Patterns and characteristics of repeat mammography among women 50 years and older

Cancer Epidemiol Biomarkers Prev. 1999 Jul;8(7):595-9.

Abstract

Whereas efforts encouraging women to obtain initial mammograms are laudable, the importance of returning for subsequent routine mammograms cannot be minimized. The purpose of this study was to measure the timing, patterns, and characteristics of repeat screening mammography over time in a defined population of health maintenance organization members for whom mammography was a fully covered benefit. We identified all women ages 50-74 years who were enrolled in a southeastern Michigan health maintenance organization, assigned to a large medical group, and received at least one screening mammogram with a normal result between January 1, 1989 and December 31, 1996. Using administrative and radiology data, we calculated the proportion of women who received a subsequent mammogram within 2 years and the time to subsequent screening, both overall and stratified by demographic characteristics. We also examined screening patterns over a 5-year period. Of the 8749 women included in this study, 66.0% [95% confidence interval (CI), 65.0-67.0%] were subsequently screened within 2 years. We found slightly higher rates among Caucasians and married women. The proportion of women who received repeat mammography increased with estimated household income [9.5% difference between the highest and lowest categories (95% CI, 6.5-12.5%)]. The median time to subsequent screening was 17.7 months, and the probability of repeat screening was higher for women whose initial mammogram was between January 1992 and December 1994 compared to those receiving an initial mammogram between January 1989 and December 1991 (9.6% difference; 95% CI, 7.5-11.7%). Repeat mammography has improved over time; however, socioeconomic status could contribute to longer-than-intended intervals between screening when translated into real-world clinical practice. In a setting where most physicians recommended annual screening, we found that the median time to subsequent screening was delayed by 6 months. If annual mammography is the goal, recommendations should be made with the understanding of how the timing of repeat screening occurs in clinical practice.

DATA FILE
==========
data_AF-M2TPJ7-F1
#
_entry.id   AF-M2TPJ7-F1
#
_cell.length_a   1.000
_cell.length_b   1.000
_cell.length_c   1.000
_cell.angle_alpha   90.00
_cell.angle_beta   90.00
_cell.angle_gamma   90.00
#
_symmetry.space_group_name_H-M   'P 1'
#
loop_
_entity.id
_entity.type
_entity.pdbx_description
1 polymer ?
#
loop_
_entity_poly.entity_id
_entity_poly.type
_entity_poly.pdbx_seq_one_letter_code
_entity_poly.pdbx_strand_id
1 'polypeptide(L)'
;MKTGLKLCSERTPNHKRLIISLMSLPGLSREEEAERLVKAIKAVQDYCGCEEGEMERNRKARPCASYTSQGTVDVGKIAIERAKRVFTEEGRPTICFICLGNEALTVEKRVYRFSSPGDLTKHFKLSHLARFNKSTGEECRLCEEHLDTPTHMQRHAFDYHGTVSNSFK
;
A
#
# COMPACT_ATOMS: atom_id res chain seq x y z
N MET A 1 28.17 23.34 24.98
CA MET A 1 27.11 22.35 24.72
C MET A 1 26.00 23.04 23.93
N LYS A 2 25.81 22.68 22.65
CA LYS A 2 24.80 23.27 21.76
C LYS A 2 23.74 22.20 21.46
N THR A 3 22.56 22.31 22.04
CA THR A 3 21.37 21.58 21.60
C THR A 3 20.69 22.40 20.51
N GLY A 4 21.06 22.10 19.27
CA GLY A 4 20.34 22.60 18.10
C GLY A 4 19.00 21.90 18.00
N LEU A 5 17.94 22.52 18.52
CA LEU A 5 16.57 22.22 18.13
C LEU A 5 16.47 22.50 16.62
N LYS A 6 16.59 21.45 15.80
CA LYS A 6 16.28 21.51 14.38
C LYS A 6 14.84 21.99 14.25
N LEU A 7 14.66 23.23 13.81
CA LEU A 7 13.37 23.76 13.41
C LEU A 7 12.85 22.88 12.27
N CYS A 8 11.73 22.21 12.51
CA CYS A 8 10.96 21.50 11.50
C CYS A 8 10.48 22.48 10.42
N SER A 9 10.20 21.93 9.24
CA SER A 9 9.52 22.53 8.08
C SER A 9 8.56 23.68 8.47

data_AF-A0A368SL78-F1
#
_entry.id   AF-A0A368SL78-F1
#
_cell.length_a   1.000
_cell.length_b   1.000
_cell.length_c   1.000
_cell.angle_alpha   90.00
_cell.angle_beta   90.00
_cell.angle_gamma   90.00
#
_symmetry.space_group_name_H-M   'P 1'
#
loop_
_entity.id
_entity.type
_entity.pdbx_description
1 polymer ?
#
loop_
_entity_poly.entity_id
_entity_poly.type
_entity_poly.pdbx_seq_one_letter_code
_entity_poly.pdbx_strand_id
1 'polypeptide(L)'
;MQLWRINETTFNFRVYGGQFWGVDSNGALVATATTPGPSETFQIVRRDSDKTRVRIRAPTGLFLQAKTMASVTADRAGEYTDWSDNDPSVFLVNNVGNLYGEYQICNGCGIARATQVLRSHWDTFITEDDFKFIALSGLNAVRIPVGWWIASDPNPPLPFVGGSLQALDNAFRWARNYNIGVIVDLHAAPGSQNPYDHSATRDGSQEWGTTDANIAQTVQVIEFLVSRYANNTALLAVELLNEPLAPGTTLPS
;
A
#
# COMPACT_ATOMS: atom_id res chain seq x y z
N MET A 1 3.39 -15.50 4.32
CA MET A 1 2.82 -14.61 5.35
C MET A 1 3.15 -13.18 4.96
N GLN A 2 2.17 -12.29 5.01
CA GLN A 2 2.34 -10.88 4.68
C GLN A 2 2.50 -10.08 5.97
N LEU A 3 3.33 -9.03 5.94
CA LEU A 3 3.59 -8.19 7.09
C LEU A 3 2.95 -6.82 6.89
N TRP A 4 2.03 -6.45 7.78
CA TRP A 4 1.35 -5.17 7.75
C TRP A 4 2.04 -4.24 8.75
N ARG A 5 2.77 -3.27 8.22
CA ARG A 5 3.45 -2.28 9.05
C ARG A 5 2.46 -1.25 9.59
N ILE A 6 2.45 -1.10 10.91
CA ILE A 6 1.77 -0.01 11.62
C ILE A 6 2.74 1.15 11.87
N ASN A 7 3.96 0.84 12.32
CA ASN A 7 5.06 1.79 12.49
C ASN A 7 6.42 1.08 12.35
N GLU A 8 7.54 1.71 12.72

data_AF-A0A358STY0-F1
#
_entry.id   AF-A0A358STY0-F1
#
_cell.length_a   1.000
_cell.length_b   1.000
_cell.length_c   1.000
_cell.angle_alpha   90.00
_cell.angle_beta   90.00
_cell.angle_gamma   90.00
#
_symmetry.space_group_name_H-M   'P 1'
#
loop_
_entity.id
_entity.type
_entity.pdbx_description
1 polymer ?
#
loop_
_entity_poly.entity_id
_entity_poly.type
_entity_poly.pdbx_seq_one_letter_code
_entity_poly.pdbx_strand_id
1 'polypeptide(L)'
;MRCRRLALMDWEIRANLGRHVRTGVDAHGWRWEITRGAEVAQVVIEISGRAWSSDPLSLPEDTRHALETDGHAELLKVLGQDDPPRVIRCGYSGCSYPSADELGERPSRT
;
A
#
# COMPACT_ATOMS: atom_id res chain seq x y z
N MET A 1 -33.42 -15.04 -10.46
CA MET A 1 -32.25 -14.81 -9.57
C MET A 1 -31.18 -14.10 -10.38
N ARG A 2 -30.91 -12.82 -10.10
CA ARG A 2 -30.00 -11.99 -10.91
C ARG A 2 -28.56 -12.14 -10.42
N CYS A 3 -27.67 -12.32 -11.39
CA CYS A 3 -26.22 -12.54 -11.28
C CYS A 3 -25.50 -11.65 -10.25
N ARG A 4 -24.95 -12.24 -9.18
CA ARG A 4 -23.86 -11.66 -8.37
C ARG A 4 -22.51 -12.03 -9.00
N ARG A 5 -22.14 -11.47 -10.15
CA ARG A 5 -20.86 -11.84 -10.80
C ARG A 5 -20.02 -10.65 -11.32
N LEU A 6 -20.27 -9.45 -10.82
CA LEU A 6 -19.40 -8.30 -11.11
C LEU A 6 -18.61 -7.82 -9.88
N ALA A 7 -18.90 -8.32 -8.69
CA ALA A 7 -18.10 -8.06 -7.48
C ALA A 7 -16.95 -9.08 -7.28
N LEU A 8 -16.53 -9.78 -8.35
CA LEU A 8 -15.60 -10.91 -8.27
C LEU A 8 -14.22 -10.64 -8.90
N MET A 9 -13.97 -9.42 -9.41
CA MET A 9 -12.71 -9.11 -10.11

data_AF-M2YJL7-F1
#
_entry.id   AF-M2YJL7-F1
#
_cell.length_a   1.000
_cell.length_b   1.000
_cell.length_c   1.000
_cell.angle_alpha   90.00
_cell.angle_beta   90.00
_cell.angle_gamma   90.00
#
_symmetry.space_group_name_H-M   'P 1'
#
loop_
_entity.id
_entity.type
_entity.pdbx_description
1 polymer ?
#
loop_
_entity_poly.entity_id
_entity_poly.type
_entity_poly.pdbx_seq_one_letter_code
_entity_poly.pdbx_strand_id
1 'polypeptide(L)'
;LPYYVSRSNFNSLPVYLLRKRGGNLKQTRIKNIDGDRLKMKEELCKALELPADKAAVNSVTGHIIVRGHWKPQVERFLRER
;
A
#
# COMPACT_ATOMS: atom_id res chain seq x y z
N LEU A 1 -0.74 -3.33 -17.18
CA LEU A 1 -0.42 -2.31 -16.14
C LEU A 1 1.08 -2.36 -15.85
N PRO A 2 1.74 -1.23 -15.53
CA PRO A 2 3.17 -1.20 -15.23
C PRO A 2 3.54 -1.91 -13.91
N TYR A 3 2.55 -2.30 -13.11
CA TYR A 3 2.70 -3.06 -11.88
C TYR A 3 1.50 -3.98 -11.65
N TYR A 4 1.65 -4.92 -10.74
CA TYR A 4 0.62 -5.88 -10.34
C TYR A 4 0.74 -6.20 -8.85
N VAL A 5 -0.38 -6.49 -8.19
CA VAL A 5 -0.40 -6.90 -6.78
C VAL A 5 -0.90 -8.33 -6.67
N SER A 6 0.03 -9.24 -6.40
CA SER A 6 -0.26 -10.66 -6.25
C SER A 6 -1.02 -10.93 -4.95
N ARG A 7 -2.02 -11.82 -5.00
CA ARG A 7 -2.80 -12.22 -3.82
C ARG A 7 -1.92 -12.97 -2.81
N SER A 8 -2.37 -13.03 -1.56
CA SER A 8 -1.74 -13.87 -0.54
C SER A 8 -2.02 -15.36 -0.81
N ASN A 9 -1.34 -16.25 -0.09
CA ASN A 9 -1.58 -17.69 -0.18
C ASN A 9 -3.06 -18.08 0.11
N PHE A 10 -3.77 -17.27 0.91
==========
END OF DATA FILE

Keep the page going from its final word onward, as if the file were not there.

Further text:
Publication types

  • Research Support, Non-U.S. Gov't
  • Research Support, U.S. Gov't, P.H.S.

MeSH terms

  • Aged
  • Breast Neoplasms / diagnostic imaging*
  • Breast Neoplasms / prevention & control
  • Female
  • Health Knowledge, Attitudes, Practice
  • Health Maintenance Organizations / statistics & numerical data
  • Humans
  • Mammography / statistics & numerical data*
  • Mass Screening / statistics & numerical data*
  • Michigan
  • Middle Aged
  • Patient Acceptance of Health Care / statistics & numerical data